This paper shows that the presence of different types of players - those who only care about their own material payoffs and those who reciprocate others' contributions - can explain the robust features of observed contribution patterns in public good contribution games, even without the presence of asymmetric information. We show what conditions on reciprocity are sufficient for a unique perfect equilibrium, in which contributions are decreasing. Under these conditions, selfish players have enough future benefits to induce subsequent contributions by reciprocal players, and this incentive diminishes as the end of the game approaches. The model explains the puzzling restart effect and is consistent with various other empirical findings. We also report the results of a series of experiments, using a probabilistic continuation design in which after each set of 10-period games, the group is restarted with low probability. We find specic support for the theory in our data, including that selfish players (identied exogenously) stop contributing earlier than reciprocal players, as directly implied by the model.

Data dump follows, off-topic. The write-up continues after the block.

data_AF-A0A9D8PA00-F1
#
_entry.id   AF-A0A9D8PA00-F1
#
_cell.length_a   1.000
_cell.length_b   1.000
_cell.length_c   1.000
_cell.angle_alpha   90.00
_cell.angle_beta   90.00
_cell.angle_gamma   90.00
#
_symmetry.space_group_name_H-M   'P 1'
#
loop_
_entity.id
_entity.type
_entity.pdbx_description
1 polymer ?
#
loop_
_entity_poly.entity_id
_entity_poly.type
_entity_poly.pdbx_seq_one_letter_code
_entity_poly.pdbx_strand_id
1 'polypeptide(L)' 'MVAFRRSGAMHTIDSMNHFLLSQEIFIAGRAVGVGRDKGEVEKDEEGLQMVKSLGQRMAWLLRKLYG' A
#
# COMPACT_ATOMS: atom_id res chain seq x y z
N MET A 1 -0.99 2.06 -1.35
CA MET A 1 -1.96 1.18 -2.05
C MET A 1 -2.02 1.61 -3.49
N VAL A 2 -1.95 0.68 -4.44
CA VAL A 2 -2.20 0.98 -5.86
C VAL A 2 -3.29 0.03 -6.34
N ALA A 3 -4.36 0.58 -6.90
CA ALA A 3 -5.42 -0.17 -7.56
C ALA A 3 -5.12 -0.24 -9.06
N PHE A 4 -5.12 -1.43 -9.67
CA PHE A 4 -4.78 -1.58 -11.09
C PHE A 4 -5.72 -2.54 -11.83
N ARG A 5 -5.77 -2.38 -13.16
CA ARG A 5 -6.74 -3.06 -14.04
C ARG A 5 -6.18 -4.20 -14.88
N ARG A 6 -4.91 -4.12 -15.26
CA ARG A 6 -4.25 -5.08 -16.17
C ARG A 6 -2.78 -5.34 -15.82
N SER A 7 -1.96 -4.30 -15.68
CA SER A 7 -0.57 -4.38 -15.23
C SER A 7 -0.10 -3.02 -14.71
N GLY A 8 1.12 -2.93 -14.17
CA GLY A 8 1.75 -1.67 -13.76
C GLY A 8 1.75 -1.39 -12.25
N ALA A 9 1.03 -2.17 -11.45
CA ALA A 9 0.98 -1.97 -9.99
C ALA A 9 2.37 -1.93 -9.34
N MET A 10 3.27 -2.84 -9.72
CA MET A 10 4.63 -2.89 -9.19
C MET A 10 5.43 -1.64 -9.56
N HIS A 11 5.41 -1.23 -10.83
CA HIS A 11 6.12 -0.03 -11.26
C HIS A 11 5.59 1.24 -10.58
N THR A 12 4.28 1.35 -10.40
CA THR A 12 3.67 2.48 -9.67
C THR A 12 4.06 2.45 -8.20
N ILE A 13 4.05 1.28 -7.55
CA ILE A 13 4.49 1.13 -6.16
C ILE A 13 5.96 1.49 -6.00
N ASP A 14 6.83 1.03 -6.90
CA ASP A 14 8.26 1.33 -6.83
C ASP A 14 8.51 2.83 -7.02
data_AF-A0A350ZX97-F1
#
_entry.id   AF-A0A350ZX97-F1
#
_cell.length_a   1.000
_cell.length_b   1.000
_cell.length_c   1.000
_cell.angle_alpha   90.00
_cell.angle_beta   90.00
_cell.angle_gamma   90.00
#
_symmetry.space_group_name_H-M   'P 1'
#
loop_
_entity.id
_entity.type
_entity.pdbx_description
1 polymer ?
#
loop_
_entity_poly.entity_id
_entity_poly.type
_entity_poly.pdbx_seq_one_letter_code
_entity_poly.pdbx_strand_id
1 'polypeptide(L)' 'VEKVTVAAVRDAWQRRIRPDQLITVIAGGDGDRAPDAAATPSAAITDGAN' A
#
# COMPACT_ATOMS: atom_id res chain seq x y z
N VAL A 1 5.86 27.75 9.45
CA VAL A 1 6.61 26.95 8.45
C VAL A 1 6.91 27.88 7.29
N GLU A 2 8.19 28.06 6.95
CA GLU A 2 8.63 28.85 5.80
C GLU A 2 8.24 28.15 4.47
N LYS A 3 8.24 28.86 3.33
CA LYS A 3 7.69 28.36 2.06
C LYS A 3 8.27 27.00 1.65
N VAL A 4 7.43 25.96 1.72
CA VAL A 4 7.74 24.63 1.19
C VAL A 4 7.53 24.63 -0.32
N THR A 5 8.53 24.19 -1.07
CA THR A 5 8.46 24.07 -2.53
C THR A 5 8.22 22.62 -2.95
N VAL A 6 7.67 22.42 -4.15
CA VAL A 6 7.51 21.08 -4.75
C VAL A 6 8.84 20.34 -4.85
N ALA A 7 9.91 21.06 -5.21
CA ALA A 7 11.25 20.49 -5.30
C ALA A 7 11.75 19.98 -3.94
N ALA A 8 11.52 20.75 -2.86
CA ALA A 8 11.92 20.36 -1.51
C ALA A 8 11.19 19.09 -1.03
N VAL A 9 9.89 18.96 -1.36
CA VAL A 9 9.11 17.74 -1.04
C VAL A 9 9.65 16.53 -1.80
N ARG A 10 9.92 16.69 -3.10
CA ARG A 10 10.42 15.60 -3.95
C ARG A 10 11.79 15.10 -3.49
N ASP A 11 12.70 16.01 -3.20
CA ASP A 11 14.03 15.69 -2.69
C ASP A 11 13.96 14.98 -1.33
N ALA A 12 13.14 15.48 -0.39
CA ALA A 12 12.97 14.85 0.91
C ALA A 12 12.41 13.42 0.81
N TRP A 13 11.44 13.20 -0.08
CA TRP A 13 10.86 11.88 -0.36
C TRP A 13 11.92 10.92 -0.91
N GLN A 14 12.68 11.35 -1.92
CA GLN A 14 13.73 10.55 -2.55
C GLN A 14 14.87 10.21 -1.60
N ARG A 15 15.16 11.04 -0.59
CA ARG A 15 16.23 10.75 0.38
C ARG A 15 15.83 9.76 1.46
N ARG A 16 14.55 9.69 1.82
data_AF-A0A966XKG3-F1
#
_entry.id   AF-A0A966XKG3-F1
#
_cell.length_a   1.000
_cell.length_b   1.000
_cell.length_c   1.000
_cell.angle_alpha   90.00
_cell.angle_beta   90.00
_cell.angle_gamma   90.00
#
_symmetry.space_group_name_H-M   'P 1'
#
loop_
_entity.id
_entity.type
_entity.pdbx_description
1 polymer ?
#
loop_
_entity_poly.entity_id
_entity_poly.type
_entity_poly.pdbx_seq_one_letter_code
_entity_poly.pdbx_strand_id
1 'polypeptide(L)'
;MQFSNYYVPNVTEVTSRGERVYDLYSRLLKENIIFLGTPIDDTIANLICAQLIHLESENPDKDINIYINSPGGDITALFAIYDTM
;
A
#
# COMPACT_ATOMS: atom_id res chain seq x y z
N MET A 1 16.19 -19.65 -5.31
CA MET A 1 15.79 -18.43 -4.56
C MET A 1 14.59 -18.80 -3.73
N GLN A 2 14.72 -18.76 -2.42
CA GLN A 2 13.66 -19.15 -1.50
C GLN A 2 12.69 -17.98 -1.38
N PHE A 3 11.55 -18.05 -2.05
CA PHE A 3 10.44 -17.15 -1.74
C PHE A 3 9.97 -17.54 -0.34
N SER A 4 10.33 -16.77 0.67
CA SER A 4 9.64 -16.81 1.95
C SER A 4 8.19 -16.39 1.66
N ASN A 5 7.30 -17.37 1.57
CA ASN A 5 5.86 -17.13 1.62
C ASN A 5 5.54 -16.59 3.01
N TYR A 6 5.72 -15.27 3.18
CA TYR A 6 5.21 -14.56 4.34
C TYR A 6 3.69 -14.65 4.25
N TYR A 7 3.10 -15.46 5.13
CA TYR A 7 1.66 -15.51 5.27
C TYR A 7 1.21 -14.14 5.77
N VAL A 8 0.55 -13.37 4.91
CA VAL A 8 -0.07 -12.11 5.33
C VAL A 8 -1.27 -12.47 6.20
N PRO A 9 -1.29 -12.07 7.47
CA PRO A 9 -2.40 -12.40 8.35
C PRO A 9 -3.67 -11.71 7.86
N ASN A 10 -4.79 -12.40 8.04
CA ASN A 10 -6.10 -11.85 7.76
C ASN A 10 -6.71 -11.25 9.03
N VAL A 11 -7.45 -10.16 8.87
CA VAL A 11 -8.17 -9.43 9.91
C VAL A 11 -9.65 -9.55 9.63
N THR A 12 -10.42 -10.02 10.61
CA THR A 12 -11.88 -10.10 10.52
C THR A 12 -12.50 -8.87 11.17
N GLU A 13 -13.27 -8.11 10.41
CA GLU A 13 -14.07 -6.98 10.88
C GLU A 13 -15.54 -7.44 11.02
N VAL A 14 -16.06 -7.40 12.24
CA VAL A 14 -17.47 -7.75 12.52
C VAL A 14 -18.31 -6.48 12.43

Existing theoretical and empirical research on dowries has difficulty accounting for the large changes in dowry levels observed in many countries over the past few decades. To explain trends in dowry levels in Bangladesh, we draw attention to an institutional feature of marriage contracts previously ignored in the literature: the mehr or traditional Islamic brideprice, which functions as a prenuptial agreement in Bangladesh due to the default practice of being only payable upon divorce. We develop a model of marriage contracts in which mehr serves as a barrier to husbands exiting marriage and a component of dowry is an amount that ex ante compensates the groom for the cost of mehr. The contracts are welfare-improving because they induce husbands to internalize the social costs of divorce for women. We investigate how mehr and dowry respond to exogenous changes in the costs of polygamy and divorce, and show that our model gives a different set of predictions than traditional models of dowry payments without contractible mehr. To test the model’s predictions empirically, we use data collected on marriage contracts between 1956 and 2004 from a large household survey from the Northwest region of the country, and make use of key changes in Muslim Family Law in 1961 and 1974. We show that major changes in dowry levels took place precisely after the legal changes, corresponding to simultaneous changes in levels of mehr.